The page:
Description: ORNL's Technical Testing and Analysis Center (TTAC) acquired a High Purity Germanium Detector (HPGe) from ORTEC - a variant called an Interchangeable Detection Module (IDM). This detector has excellent energy resolution as well as high intrinsic efficiency. The purpose of this report is to detail the determination of the efficiency curve of the IDM, so future measurements can quantify the (otherwise unknown) activity of sources. Without such a curve, the activity cannot be directly reported by use of the IDM alone - a separate device such as an ion chamber would be required. This builds upon the capability of TTAC. The method for determining the energy-dependent intrinsic efficiency is laid-out in this report. It's noteworthy that this basic technique can be applied to any spectroscopic radiation detector, independent of the specific type (e.g. NaI, CzT, ClYC).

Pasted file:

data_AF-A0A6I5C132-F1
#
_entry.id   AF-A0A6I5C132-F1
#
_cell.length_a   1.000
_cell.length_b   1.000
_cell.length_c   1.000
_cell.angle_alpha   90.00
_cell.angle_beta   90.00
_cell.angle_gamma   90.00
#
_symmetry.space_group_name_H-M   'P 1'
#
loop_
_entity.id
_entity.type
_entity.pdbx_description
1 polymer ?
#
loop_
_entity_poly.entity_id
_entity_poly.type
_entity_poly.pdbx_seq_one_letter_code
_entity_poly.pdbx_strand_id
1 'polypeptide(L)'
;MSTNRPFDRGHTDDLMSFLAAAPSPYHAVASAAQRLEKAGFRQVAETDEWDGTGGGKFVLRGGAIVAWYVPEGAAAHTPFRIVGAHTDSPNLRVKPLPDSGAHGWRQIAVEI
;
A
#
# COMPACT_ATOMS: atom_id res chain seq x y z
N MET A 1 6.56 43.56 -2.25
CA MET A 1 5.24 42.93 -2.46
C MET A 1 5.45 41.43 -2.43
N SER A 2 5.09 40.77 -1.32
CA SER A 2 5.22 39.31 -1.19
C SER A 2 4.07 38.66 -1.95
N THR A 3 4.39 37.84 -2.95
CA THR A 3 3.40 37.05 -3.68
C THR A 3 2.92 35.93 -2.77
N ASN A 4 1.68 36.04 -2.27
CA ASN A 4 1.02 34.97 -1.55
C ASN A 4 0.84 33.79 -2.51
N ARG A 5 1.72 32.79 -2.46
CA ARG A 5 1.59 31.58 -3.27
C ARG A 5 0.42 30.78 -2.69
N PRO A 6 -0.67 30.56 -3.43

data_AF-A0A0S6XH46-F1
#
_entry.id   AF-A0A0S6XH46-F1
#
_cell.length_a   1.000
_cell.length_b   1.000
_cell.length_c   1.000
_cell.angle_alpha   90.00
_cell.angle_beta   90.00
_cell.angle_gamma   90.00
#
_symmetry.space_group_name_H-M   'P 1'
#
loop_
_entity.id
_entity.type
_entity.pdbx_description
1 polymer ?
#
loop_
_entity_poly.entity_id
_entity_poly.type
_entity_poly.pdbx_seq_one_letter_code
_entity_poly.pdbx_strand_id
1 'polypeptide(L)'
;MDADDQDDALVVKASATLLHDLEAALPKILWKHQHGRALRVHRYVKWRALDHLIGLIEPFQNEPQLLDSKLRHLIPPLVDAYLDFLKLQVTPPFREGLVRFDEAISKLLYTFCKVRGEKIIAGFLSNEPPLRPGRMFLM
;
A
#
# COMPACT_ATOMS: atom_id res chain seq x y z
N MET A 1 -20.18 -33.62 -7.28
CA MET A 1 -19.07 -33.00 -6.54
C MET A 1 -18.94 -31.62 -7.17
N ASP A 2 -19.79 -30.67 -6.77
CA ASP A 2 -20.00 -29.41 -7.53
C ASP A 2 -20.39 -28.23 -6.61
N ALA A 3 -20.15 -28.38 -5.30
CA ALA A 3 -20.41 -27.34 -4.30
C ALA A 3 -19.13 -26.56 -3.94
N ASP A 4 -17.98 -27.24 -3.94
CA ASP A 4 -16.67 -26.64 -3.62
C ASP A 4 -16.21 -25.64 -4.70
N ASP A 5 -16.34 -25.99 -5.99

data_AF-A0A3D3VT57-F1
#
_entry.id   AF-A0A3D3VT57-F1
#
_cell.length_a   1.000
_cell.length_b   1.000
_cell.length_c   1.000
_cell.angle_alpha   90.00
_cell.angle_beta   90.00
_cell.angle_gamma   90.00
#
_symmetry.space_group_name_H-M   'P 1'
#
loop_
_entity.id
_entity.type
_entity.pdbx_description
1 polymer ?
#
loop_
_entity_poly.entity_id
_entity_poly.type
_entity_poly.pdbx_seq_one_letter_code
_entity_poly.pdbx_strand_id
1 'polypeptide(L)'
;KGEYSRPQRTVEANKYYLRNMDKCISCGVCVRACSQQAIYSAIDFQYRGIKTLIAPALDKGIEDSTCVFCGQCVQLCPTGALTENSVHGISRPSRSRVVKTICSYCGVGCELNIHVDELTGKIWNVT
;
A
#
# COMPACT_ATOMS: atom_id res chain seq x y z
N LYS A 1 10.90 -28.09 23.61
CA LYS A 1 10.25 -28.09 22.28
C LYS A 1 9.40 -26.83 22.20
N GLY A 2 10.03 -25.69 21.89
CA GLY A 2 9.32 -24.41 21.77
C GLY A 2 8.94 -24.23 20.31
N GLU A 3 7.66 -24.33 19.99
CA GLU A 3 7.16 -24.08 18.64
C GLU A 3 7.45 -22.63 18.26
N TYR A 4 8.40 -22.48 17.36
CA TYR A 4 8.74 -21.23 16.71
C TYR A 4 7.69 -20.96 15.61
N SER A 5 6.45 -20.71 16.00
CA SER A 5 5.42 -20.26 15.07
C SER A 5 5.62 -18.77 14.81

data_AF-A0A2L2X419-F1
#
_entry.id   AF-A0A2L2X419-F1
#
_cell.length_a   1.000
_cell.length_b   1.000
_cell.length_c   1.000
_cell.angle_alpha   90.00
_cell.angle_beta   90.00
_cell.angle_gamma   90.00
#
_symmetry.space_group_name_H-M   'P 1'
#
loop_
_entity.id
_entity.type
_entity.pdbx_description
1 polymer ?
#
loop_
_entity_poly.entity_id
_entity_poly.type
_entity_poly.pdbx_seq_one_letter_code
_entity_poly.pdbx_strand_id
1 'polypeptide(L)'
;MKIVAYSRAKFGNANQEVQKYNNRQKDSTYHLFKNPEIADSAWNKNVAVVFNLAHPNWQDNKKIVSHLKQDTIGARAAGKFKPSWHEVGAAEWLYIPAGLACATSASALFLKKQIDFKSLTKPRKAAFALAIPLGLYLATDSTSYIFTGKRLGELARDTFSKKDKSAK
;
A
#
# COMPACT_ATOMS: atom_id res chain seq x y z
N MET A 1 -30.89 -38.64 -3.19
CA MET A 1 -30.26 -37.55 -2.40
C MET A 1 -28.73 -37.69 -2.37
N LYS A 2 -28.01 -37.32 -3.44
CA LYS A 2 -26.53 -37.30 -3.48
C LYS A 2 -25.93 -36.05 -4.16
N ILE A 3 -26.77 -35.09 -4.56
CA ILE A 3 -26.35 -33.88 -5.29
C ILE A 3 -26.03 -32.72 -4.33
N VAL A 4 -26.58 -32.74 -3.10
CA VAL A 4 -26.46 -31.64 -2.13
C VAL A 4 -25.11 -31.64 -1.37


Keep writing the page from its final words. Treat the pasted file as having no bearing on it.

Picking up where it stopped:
Date: August 1, 2012
Creator: Livesay, Jake; Combs, Jason C; Margrave, Timothy E & Miller, Ian J
Partner: UNT Libraries Government Documents Department

Study of New Muon Energy Detector at Tevatron Muon Beam Line

Description: A new method for the energy determination of Tev muons will be studied at Tevatron beam line. More than 200 layers scintillation shower detector is located in front of Tevatron muon experimental group (E-665). The energy resolution of small shower detector induced by muons will be experimentally obtained.
Date: January 1, 1986
Creator: Mitsui, K.; Muraki, Y.; Okada, A.; Ohashi, Y.; U., /Tokyo; Matsumoto, S. et al.
Partner: UNT Libraries Government Documents Department

BPM System Improvements